Tax havens are one of the main causes of the extreme inequality in the concentration of wealth because they allow large multinationals and wealthy individuals to avoid paying their fair share of taxes. In fact, all the studies show that there has never been as much money in tax havens as there is today. According to economist Gabriel Zucman, there are about $7.6 trillion in personal fortunes hidden in places like Switzerland, Luxembourg and Singapore. As a result, inequality statistics significantly underestimate the true degree of wealth concentration, as they do not include the money hidden in these opaque territories or in tax havens.
We must opt for a determined model of wealth redistribution, we cannot, we the 99 %, hold only 1 % of the world’s wealth. The response must be international. Netflix, which reaches more than three million households in Spain, pays 3,000 euros in taxes – the same amount as a worker with a low taxable income in Spain. Now that we are talking about the Green New Deal in Europe, we must remember that Roosevelt imposed 94 % of income tax on people with a fortune of more than 200,000 dollars – the equivalent of more than 2 million euros today. We have to place the distribution of wealth and work at the heart of the debate, include feminist logics and talk about eco-socialism. These are the main thrust of our proposals. All this is not possible if a dangerous minority remains immensely wealthy. A decision has to be made: either we govern for a dangerous minority of billionaires, or for social majorities.
A Covid tax must be put in place to ensure that the wealthy pay a generalized tax on the wealthy, the billionaires and the multinationals in order to finance our health and social services. Ambitious measures of this kind need to be taken. It is those who are richest to pay the bills, not the working classes.
You are a people’s defender who is very committed to just causes, particularly that of the Saharawi people. Why do you think this cause is ignored in the West? Why does the media never talk about the struggle of the people of Western Sahara for its liberation?
This silence has its roots in the origin of the fact itself, in 1975, when Spain simply sold the Sahara to Morocco, amidst the specific strategic geopolitical interests of the powers involved. Despite the fact that the international chessboard has changed, the interests in the region have remained the same and it is these same interests that maintain the silence and inaction complicit in what we see today.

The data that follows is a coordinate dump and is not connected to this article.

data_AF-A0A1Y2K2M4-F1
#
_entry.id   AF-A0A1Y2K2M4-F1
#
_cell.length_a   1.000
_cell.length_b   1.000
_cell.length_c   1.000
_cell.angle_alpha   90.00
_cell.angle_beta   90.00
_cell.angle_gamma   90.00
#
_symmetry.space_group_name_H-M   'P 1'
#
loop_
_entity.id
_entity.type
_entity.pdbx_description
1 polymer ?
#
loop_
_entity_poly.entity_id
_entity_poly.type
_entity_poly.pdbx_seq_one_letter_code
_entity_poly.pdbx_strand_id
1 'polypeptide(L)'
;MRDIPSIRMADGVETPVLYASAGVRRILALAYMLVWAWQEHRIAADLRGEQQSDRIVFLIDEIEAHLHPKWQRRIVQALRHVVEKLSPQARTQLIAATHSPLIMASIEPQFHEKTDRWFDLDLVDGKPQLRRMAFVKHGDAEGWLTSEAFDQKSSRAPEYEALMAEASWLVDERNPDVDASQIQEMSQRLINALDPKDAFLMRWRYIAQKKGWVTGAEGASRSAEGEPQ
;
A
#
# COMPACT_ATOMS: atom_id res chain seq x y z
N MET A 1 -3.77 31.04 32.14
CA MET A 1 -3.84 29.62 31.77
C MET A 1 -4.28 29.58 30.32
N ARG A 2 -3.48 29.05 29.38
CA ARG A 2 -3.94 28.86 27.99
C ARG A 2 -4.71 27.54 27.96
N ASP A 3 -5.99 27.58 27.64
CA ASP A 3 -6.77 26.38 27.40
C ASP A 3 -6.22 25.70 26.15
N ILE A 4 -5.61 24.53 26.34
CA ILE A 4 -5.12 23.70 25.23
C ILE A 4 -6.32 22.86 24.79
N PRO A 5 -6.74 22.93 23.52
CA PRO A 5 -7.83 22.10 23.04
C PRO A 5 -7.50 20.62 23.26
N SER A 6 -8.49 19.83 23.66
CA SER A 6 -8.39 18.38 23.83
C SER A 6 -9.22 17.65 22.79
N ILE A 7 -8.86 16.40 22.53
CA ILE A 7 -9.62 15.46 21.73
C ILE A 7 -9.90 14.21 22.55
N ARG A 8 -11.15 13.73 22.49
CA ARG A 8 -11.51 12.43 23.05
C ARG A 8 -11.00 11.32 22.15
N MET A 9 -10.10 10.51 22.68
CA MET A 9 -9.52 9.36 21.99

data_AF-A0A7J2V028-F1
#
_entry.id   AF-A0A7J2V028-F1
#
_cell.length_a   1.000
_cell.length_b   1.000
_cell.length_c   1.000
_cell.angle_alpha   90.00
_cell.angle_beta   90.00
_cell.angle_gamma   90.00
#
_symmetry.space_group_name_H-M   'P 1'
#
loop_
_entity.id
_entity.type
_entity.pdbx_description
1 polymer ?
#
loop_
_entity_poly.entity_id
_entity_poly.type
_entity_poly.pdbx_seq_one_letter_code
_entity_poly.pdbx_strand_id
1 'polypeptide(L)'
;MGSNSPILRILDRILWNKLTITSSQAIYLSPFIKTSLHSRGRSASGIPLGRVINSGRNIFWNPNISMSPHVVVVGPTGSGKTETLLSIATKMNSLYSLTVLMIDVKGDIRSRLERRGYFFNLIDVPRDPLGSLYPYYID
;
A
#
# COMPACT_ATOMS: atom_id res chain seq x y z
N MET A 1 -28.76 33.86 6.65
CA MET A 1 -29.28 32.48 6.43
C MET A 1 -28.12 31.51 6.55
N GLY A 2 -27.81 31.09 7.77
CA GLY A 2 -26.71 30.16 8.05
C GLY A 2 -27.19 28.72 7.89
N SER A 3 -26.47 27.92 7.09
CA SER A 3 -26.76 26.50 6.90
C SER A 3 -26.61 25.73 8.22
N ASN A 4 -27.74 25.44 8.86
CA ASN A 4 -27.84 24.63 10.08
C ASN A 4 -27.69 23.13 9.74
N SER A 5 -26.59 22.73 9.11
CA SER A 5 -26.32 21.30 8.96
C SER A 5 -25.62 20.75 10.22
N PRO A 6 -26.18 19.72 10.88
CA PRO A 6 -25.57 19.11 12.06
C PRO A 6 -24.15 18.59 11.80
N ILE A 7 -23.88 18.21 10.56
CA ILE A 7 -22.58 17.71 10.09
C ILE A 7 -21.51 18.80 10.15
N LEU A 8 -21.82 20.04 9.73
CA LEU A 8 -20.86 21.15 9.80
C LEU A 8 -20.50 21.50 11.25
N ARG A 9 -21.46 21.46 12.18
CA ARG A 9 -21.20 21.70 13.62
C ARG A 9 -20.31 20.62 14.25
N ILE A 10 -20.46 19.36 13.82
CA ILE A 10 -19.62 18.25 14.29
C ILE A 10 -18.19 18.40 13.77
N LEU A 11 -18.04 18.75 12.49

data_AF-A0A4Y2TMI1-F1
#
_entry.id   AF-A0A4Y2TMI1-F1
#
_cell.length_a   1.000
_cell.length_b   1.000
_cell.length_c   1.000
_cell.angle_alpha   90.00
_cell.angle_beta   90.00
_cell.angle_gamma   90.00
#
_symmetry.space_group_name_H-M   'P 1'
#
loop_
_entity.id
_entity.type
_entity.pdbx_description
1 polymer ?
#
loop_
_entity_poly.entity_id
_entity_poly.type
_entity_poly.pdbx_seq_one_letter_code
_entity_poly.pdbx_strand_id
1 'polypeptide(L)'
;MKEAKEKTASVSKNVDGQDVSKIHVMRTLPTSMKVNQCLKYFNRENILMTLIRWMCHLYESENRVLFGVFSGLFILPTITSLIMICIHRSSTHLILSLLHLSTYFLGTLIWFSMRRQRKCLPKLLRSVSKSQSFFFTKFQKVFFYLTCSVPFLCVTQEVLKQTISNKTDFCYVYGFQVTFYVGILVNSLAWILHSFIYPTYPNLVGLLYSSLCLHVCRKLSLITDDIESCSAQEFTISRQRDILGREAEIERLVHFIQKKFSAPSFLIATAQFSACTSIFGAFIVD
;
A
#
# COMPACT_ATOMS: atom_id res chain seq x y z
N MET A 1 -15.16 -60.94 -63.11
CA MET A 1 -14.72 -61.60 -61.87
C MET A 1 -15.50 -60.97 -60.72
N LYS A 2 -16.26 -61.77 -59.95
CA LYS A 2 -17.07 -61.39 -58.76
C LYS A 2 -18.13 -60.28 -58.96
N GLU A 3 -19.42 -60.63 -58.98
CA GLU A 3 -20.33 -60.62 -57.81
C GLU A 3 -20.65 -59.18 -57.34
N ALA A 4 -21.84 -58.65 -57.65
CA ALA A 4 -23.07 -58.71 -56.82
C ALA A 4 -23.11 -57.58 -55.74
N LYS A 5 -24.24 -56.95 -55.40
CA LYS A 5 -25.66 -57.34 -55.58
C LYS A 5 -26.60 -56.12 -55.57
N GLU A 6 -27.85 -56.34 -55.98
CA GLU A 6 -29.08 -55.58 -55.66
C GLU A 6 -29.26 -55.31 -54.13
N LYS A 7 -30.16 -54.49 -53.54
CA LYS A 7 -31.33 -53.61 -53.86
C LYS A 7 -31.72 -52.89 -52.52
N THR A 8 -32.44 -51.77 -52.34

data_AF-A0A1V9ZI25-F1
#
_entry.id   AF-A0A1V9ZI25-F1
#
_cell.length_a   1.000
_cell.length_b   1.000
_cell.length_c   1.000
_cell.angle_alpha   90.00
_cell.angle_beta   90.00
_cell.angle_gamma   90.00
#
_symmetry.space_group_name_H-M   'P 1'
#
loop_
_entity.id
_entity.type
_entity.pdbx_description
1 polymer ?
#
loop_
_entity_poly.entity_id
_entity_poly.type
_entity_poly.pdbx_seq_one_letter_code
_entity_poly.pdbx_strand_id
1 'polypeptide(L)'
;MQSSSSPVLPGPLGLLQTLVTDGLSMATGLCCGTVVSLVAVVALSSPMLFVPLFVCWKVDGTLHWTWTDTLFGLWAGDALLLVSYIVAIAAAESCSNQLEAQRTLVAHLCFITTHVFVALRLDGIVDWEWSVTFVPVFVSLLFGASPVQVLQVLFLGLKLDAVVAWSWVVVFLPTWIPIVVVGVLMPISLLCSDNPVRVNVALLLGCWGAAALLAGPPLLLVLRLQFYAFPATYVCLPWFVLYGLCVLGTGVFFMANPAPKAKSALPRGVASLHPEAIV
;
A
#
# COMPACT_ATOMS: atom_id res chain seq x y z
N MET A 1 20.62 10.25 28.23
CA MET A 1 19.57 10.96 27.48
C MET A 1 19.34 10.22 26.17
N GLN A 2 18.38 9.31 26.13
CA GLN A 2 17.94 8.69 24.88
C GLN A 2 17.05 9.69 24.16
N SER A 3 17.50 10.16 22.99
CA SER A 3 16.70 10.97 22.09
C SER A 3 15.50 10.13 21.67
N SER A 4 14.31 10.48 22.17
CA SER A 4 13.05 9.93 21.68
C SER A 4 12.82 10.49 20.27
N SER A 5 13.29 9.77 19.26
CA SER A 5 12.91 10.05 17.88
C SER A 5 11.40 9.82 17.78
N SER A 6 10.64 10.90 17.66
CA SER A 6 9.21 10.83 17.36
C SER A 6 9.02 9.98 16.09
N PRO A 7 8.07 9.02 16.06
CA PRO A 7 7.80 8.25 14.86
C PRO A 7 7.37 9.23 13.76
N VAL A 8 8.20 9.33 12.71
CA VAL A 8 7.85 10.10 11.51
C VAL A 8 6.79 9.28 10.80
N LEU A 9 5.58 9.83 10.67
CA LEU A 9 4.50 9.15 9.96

In 1975, on the international scene and in the midst of the Cold War, the United States, with Henry Kissinger at the head of diplomacy, did not allow the establishment of a socialist regime close to Algeria, an ally of the Soviets, in an area of strategic importance such as Western Sahara, both because of its geographical location and its phosphate-rich resources. He therefore supported and encouraged the annexation of Western Sahara to Morocco, using his allies, Spain and Saudi Arabia.
With the same gesture, Kissinger ensured the stability of the Moroccan monarchy, a rival to Algeria and located on the north-western flank of Africa, with a coastline on two seas and the ability to control the strait linking the Mediterranean and the Atlantic, while at the same time Saudi Arabia provided an important ally in the Arab League. The whole with the support of the United States and the Saudi funding. Kissinger was very clear about the geopolitical game at that time and never had any qualms about acting according to the interests of the moment.
In the specific case of Spain, this betrayal towards the Saharawi people is linked to the beginning of the Bourbon Restoration, inaugurating one of the darkest pages of Spanish foreign policy in the transition and the role of the person who is now King Emeritus Juan Carlos I. In this sense, the deepening of this historical betrayal implies questioning the return of the monarchy and the monarchy itself, which the media and the political establishment have denied throughout these years and even today, when, in full containment by COVID-19, the umpteenth corruption scandal linked to the crown exploded with the discovery of another million dollar account and the offshore foundation Lucum, in which Juan Carlos I had amassed 100 million euros in supposedly illicit commissions from Saudi Arabia. There is a history of exchange of favors and corruption between the Saudi theocracy and the King Emeritus, whose abandonment of Western Sahara is only the beginning. Thus, we must not forget that the Spanish crown is the heir to Franco’s regime and that the figure of the king played a key role in the transition and the Moncloa pacts, which institutionalized the impunity on which Spanish democracy is based. Questioning the monarchy is questioning this whole system of impunity.
I interviewed Ana Gomes, Member of the European Parliament, who told me about a very powerful Moroccan lobby within the European institutions and the European Parliament. How do you explain the fact that some parliamentarians elected by their people sell themselves and, instead of supporting the just cause of a people, defend the occupier and colonizer, namely Morocco. Is that not immoral?